Opening Night, 7/2/11
In the new production of “Carmen,” which opened at the Glimmerglass Festival on Saturday, the action grows more tight and focused throughout the night until Carmen and Don Jose are alone in a ring. In a daring moment of surrender, Carmen stops her tormenting ways and prostrates herself before her angry and jilted lover. She seems to think better of it, but it’s too late. The knife plunges.
The lights are at their brightest in that climax. The evening began in a washed out haze with only fleeting bits of color against a jumbled set of sepia and gray tones. In a program note, director Ann Bogart says that she took inspiration from bull fighting and the grittiness of the Orson Welles film “Touch of Evil.” She makes the evening a long but inexorable progression.
The performances also have a cinematic intimacy, especially that of twenty-four year old Ginger Costa-Jackson who’s making her debut as Carmen. In fact, it’s her first time to have the lead role in an opera. Her voice was dark, rich and attractive. Bringing to mind a tousle-haired Jennifer Lopez, she displays a youthful and unceasing passion and an understated skill of seduction. Costa-Jackson seldom played overtly to the house, but stayed tightly bound in the role, intently focused on Carmen’s shifting priorities and ploys.
The show horse of the night was tenor Adam Diegel as Don Jose. His voice grew more powerful and compelling with each scene. As for his acting, Carmen seemed to truly piss him off. More than once he flung her away from him, as if trying to fight a magnetic bond.
The secondary leads were fine to serviceable. Anya Matanovic sang beautifully as Micaela. Keith Miller hit his marks in the famous toreador number but later had a frog in his throat.
A pair of Spanish dancers enlivens several scenes, especially with a terrific shadow dance in the second act. Just after the opening, there’s a creepy mix of soldiers and children marching in formation.
As expected, Bogart’s production mostly avoids the obvious and traditional. Carmen never handles a rose. Instead, a basket of oranges sit stage center for much of act one. They’re tossed about in a vaguely erotic way.
The set is often jumbled and junky, in that familiar, supposedly non-traditional manner. How many seasons now have we seen the theatre’s back wall? But it takes more than clutter and shadows to rob the drama from “Carmen.”
Opening night, July 8, 2011
The dramatic soul that enlivens Glimmerglass’ new production of Cherubini’s “Medea” doesn’t appear on stage but comes from the pit. Starting with the lengthy overture, it’s an evening for the orchestra thanks to the 28 year-old Italian conductor Daniel Rustioni.
With his vigorous style and unceasing energy, Rustioni displays a strong vision of the score and musters an unusually hearty and sustained sound from the Glimmerglass orchestra. One still wishes that the string section was 20 or 30 percent larger, but the thought didn’t come to mind during Friday’s opening night.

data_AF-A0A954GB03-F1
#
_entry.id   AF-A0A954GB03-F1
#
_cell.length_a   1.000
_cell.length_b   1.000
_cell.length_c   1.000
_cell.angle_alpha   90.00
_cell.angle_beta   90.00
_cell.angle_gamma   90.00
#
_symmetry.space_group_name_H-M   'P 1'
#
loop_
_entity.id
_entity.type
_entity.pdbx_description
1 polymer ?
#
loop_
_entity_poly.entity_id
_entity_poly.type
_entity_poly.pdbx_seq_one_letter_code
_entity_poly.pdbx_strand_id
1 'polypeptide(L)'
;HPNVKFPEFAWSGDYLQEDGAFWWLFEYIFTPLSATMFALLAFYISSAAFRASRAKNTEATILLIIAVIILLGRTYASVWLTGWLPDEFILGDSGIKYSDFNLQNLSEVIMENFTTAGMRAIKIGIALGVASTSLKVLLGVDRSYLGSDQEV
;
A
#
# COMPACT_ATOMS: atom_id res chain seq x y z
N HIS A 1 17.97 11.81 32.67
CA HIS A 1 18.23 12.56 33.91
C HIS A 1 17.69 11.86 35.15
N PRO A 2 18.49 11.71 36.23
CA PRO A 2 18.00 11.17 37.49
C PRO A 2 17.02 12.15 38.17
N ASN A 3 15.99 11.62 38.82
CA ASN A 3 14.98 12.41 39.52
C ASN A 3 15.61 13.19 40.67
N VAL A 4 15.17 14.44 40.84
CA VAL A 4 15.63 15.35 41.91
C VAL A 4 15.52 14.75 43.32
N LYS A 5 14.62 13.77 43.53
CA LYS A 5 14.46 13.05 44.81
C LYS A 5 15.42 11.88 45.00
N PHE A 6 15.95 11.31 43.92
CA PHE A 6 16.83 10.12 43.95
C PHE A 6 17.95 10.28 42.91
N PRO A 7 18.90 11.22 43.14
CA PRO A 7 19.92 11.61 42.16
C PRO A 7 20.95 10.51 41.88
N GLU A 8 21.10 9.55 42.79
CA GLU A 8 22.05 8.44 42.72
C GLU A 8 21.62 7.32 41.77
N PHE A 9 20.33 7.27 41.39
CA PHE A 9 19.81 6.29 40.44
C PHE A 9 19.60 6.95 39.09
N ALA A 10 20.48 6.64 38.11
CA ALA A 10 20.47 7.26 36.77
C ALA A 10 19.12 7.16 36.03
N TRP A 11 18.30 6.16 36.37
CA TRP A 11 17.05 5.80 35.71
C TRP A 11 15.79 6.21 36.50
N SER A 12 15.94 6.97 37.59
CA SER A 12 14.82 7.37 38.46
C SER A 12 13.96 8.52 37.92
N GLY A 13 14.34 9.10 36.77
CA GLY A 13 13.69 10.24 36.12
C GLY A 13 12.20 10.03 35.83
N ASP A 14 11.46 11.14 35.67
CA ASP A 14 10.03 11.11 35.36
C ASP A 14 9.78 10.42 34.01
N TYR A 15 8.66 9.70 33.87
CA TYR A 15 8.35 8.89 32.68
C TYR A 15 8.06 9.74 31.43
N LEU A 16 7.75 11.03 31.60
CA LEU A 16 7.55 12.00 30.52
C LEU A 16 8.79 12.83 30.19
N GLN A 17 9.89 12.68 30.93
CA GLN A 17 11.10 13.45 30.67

Though a central component to any successful opera staging, a conductor can’t overcome limitations and failings on the stage and there are many with this “Medea.”
Soprano Alexandra Deshorties got all the notes in the hugely demanding title role but failed to deliver the kind of coherent and unflinching grit that the character requires to be convincing let alone compelling. She was not aided by some bizarre choices from director Michael Barker-Cavan.
This is not, however, an opera transplanted to some strange new time and place. The single set is vaguely Greek, distinctly temple. A ceremonial scene makes elegant use of incense and water. Medea’s appropriately chilly first entrance is one of her best moments. In the second act, her body is contorted into one awkward yoga position after another. Toward the end, as she sings on and on about her children, she hardly looks at them or touches them.
During one of many climactic arguments with Jason, the two are shoved off to the side of the stage and grip opposite sides of a black wall. The old fashioned stand and sing method would have been better.
Joe Vanek designed the set as well as the costumes and they’re a hodgepodge of styles. Medea gets caught up in a pea green dress with a stiff and distracting train. At one point the male chorus looks like some Ken and G. I. Joe dolls decided share play clothes.
Deshorties gets upstaged by singers more comfortable — and showy — in their roles. Wendy Bryn Harmer is a knock out as Glauce, Jason Collins unflagging but not particularly moving as Jason. David Pittsinger is sturdy as a rock in the priestly role of King Creon. As the wretched plot winds on, some of the most moving moments come from the servant Neris, played with affecting beauty by Sarah Larsen, a member of the company’s Young Artist program.
Originally appeared in the Times Union.
Photos by Julieta Cervantes courtesy Glimmerglass Festival.
During the intermission of Medea I spoke to a colleague about the handsome and dynamic conductor Daniel Rustioni. I said that he’s got that Joshua Bell-type hair with a great bounce. The person I was conversing with had been at the company’s opening night dinner the prior week and said that when he saw the guy across the way at the party he asked, “Who’s boy toy is that?” He got the reply, “He’s one of this year’s conductors!”